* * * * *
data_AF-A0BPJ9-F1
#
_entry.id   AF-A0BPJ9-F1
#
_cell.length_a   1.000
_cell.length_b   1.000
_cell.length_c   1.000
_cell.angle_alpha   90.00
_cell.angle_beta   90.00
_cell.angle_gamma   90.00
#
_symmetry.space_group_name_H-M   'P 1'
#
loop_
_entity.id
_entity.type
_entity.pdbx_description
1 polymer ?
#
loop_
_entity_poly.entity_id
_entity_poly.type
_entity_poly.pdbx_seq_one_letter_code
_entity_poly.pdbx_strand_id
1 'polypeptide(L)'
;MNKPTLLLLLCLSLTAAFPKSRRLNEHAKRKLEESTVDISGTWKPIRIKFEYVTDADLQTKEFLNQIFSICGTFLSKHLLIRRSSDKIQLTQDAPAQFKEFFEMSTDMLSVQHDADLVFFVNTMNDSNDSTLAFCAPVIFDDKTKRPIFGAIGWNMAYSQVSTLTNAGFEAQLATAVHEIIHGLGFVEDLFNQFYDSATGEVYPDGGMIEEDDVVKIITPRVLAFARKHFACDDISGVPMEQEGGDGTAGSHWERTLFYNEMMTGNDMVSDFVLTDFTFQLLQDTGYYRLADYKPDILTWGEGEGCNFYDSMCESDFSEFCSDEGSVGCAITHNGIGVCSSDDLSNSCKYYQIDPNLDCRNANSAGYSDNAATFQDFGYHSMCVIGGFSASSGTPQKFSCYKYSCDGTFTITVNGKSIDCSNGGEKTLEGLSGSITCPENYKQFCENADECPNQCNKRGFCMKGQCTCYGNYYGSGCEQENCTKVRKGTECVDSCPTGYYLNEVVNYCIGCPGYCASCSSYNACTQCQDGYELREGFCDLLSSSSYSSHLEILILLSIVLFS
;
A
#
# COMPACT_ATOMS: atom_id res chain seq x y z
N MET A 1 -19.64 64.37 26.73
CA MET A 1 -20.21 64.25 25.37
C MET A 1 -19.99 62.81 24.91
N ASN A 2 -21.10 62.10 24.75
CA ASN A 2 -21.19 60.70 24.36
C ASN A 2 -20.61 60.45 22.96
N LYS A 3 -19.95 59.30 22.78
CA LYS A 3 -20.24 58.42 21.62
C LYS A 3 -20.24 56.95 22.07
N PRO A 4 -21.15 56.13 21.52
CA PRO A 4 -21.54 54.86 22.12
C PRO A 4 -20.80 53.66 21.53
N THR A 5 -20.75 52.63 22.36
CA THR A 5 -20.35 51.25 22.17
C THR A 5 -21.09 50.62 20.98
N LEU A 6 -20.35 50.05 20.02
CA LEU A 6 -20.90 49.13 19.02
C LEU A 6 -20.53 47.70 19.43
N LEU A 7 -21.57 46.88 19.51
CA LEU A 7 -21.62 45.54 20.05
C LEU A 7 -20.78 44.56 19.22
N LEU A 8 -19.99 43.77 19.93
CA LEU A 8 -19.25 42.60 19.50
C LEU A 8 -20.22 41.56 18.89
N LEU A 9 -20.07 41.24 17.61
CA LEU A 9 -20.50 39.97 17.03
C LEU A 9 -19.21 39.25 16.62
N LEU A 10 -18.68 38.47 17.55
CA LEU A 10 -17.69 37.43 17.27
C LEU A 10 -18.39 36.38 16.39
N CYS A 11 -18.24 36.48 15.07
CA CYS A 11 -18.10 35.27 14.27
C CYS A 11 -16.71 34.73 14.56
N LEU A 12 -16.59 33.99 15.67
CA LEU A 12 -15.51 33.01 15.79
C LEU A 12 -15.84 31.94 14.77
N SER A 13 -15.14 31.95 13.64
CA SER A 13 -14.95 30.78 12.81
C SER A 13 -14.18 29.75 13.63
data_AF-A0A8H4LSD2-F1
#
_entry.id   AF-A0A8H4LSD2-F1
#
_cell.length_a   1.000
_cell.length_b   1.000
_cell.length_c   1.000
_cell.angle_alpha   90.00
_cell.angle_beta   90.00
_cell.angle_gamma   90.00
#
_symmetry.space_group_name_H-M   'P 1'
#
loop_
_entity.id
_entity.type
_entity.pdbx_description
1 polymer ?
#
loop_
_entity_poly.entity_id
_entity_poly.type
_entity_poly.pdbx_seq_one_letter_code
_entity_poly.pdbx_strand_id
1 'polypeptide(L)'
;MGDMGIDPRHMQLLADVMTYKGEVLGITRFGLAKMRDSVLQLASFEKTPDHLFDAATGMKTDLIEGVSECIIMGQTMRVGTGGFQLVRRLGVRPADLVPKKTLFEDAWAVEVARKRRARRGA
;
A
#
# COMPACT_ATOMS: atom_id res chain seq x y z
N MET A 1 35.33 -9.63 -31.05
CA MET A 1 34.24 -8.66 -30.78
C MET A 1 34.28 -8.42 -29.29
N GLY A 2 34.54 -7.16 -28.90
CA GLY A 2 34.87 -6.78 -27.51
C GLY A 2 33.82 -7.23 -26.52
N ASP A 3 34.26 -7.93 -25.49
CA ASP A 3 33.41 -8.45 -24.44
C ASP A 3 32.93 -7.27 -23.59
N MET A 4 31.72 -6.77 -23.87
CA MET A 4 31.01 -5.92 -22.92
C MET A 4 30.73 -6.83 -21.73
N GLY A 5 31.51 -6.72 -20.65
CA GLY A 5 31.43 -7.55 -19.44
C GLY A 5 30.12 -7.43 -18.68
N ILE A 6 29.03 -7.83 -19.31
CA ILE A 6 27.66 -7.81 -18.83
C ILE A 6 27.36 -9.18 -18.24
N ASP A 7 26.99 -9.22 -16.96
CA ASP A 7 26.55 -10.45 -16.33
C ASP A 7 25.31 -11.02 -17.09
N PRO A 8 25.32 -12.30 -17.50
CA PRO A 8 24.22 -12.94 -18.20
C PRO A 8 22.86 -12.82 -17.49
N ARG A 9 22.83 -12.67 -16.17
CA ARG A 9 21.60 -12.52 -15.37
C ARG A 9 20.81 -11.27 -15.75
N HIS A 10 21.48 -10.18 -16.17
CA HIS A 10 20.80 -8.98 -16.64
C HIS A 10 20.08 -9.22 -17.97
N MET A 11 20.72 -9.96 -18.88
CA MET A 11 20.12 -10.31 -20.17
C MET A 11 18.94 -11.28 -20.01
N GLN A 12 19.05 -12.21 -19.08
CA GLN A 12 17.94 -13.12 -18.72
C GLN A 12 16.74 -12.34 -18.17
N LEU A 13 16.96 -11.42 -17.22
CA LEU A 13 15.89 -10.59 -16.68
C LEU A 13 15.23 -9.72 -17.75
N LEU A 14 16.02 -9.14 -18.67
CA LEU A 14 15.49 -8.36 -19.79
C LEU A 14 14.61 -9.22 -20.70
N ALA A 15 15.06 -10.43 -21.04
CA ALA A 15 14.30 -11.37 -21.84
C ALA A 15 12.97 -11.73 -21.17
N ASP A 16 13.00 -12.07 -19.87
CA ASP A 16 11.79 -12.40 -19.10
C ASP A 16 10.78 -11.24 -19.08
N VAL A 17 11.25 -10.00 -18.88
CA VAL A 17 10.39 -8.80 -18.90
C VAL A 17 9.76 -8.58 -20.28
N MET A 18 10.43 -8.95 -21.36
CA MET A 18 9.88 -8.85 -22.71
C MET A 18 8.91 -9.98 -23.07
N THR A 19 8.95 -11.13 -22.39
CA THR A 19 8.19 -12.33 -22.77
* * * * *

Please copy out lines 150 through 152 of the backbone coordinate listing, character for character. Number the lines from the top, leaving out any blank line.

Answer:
C VAL A 17 9.76 -8.58 -20.28
N MET A 18 10.43 -8.95 -21.36
CA MET A 18 9.88 -8.85 -22.71